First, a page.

Bee Summers

Rated 3.00/5 based on 1 reviews
The spring she is eleven years old, Melissa Singer’s mother walks out of the house and never returns. That summer, her father, a migratory beekeeper, takes her along with him as he delivers his hives. The trip and the people she meets change her life. Over the years that follow, Melissa tries to unlock the mystery of her mother’s disappearance and struggles to come to terms with her loss. More

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About Melanie Dugan

Melanie Dugan is the author of three novels, Dead Beautiful (Upstart Press, 2012) Revising Romance (Sumach Press, 2004), and Sometime Daughter (Second Story Press, 2002). Her short story, “A Map of the Human Heart,” was shortlisted for the CBC Literary Contest.

Melanie’s writing has appeared in Toronto Life, The North American Review, the Kingston Whig-Standard, and other magazines.

Melanie has studied at the University of Toronto’s Writers’ Workshop, the Humber School for Writers, and the Banff Centre for the Arts.

Born in San Francisco, Melanie grew up in Boston, Toronto and London, England. She lives in Kingston, Ontario with her family.

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Review by: Chrissy on July 11, 2014 :
Did I enjoy this book: Yes, no, kind of. I’m not sure.

I’m deeply conflicted about writing a review on this book. First, I’ll say it was a well-written, thoughtful story. The characters were lovable and sympathetic. The scene and story idea were wonderfully original.

There were so many good components in this novel. Unfortunately for me, it missed one crucial element – passion. It was like the time I made a tuna casserole and forgot to add the tuna.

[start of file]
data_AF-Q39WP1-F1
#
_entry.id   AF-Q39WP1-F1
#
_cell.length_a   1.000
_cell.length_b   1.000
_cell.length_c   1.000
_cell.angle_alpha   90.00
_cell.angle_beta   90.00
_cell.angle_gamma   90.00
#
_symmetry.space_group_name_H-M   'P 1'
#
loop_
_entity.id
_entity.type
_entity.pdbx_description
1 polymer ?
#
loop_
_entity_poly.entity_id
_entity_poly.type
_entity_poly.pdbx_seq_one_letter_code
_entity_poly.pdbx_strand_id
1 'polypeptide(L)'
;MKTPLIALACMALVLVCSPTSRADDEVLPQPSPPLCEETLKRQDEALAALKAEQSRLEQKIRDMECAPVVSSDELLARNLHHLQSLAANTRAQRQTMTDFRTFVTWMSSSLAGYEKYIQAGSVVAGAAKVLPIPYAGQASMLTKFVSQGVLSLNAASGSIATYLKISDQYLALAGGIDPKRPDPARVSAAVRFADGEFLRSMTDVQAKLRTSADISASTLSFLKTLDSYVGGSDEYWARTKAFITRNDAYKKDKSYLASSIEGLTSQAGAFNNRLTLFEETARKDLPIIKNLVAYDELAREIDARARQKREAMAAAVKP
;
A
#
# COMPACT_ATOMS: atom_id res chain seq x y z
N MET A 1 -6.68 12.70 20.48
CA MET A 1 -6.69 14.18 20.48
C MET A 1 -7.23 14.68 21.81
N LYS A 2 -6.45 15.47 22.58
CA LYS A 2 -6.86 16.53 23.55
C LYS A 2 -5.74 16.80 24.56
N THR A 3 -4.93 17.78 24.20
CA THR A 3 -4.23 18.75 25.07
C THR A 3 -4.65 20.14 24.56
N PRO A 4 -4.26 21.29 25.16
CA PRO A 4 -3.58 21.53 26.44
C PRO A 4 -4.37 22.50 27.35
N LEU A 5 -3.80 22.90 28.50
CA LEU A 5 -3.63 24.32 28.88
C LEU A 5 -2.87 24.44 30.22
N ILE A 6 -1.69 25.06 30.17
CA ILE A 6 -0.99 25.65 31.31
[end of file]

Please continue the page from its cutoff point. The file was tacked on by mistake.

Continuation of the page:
***Spoiler Alert***
Early in the story, a young girl’s mother goes missing. We learn later that the father knew his wife left him and filed for divorce. They both thought it best to simply tell the girl nothing. Initially, everyone acted like Mom was coming back. Melissa, our young protagonist, has to figure it out on her own.

This plot is carried out too casually. There were a few scenes where Melissa fights back tears and wonders about her mom, but that was about it.

One exception came toward the end of the story when Melissa, as an adult, discovered the letters her mother mailed to her father years before. I won’t discuss precisely what happens, but it did break my heart and made me angry. Sadly, it was too little, too late.

Would I recommend it: Some readers may enjoy a really low-key story — maybe something to read before bed. It’d be okay for that. Otherwise I’d suggest checking it out of the library and reading the last two chapters.

As reviewed by Belinda at Every Free Chance Books.

Disclosure: I received a complimentary copy of this book in exchange for an honest review.
(reviewed 68 days after purchase)
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